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UK Wildlife Rescue Support

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Donation Total: £5.00

From 1st June to 31st December i shall be doubling the contributions from profits of Wildlife News to the fund from 10% to 20%. This is to try and help towards the loss of income for many wildlife carers during the lock down and social distancing measures.

All across the UK there are dedicated lovers of wildlife who go out of their way to help injured or sick animals.

We always recommend that people find out who their local wildlife rescuers are and help them directly. But not everyone has the time to do that research. If that is you and you want to help get injured, sick and orphaned wildlife back into the wild then you can support our wildlife rescuers fund.

Supporting grassroots wildlife  rescuers

canada goose

canada goose recuperating after being disentangled from plastic twine cutting into leg.

The majority of grassroots wildlife rescuers are not big charities with lots of funding, the majority are individuals who take animals and birds into their own homes. They operate out of sheds, garages and even back rooms. They pay for all the food, equipment, treatment and medicines themselves with help from local supporters.

These rescuers help so many animals and birds that have often been impacted by our waste and activities. From waterfowl entangled in fishing line or plastic to badgers being hit by cars.

It’s through their time and effort that many creatures are eventually able to go back into the wild.

We always say help your own wildlife rescue centre first, but if you are not able to then please support our fund with additional donations.

Help for wildlife rescue centres

We’ve helped to;

  • provide specialist hedgehog food for hog-lets and hedgehogs,
  • re-equipped a shed with essential equipment after being vandalised,
  • helped cover the cost of insulating and adding electricity and water supplies to a garage after the back room became too small,
  • contributed towards a new shed to replace one damaged by flooding and storm damage,
  • provided funds to help install a pond at a centre that was taking in a lot of waterfowl.
log pile

Log pile being created at a wildlife rescue garden to act as an enhanced feeding area. Helps prevent animals such as hedgehogs becoming too dependant on bowls of food as they recover.

Over the years we’ve built up a lot of contacts at the grassroots. We want to help these dedicated people continue with their work.

If you don’t know your own local wildlife rescue centre then please help support our fund to help others look after our wild animals in distress.

Ways to find your local wildlife rescue carer

There are lots of independent wildlife carers around. Most towns, cities and villages will have at least one person local that will take in injured wildlife. You can try these methods to find your wildlife hospital or care centre.

  • Facebook groups 
    Almost every village or suburb has a Facebook news or community group of some type. Just put a post on the group asking about who cares for local wildlife. You should quickly get a response. Even local buy and sell groups are a mind of local information.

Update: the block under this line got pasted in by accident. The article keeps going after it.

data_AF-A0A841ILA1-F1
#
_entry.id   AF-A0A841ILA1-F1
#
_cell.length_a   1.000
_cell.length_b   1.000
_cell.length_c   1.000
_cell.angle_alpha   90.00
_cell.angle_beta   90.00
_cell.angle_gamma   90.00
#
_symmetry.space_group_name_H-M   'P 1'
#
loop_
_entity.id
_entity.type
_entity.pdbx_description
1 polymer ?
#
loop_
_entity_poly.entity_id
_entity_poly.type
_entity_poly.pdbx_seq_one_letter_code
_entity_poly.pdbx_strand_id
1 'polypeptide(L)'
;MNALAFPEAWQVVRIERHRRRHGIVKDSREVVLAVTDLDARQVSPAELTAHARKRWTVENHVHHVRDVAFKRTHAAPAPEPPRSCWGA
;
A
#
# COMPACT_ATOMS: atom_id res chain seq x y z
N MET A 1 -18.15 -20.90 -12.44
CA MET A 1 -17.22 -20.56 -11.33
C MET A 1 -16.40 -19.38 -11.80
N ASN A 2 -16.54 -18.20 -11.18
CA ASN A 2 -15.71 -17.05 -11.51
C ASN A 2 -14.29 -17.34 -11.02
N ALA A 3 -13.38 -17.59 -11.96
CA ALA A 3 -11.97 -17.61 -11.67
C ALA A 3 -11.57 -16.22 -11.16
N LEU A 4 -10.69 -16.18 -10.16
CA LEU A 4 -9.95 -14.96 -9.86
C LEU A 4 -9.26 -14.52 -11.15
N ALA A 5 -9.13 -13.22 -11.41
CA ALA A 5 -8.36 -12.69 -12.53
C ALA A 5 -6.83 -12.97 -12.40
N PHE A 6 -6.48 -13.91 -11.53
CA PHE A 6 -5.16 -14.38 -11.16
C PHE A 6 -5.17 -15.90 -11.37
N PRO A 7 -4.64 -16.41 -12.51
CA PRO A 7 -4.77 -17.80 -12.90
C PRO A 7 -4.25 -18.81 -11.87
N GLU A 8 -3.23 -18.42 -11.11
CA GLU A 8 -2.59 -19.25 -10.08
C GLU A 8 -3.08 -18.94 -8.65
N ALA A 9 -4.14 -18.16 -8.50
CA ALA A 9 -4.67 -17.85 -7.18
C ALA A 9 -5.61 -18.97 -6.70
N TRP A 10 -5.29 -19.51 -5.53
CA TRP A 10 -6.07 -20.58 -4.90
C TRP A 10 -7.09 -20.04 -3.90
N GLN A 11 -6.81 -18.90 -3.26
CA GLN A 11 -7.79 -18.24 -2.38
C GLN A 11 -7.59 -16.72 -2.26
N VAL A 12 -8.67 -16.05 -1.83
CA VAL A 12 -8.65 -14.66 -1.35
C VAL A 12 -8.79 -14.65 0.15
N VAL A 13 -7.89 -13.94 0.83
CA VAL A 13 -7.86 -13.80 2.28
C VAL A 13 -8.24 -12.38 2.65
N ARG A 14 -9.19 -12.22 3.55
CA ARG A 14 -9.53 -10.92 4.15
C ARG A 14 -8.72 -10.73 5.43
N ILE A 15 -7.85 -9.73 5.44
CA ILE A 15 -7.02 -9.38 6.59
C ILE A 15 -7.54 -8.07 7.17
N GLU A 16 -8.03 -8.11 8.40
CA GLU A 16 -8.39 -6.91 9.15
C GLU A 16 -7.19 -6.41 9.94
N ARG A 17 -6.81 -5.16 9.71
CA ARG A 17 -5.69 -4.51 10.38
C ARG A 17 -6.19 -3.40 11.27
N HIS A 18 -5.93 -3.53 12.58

• Google search
    This is a good way but many independent wildlife carers and volunteers will not have web pages. They may have a Facebook page but many do not have the time or resources to maintain an active web site. You are more likely to find regional, semi-professional and professional wildlife carers and charities with a Google search.
  • Check online directories
    The RSPCA keep an list of wildlife rehabilitators and centres. There is also a searchable directory at Help Wildlife.

Donate and volunteer to support your local wildlife

Getting to know your local wildlife carer gives you the chance to support wild animals and birds from your own community. Many wildlife carers may specialise in one or two species but most will have a general approach to helping injured wildlife to recover.

Spend a morning a week with them and you could be helping local song-birds, hedgehogs, foxes and other animals depending on what live local. If you’re by a river that could include injured otters.

I used to live in the heart of Wolverhampton and helped a local wildlife rescuer. Even in the middle of industrial towns and cities you will find wildlife such as badgers who get injured and need help.

Obviously, not everyone has the time to help or support their local wildlife carer which is why we have this fund. People can donate to use and their donations will be added to our fund that supports wildlife carers and sponsors wild animals through their recovery.

How to help injured wildlife

There are a lot of larger wildlife hospitals around the UK. Many of them are registered charities and are well-funded. But across the UK are an army of independent wildlife rescuers operating out of back rooms, sheds and garages. Many of these are self-funded with a little bit of help from family and friends.

If you’d like to help your local wildlife one way is to find your local wildlife rescuers. Offer help as a volunteer or help with the running costs. Even small donations or help with buying food makes a big difference.

At Wildlife News we love supporting grass-roots local action which is why we have our wildlife rescuers funds. It’s to help towards larger unexpected costs. You can help by contributing towards our fund.

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SG

Sally Garrison

£25.00 May 23, 2020

Thank you for your help in the past. Just want to make my own small contribution back

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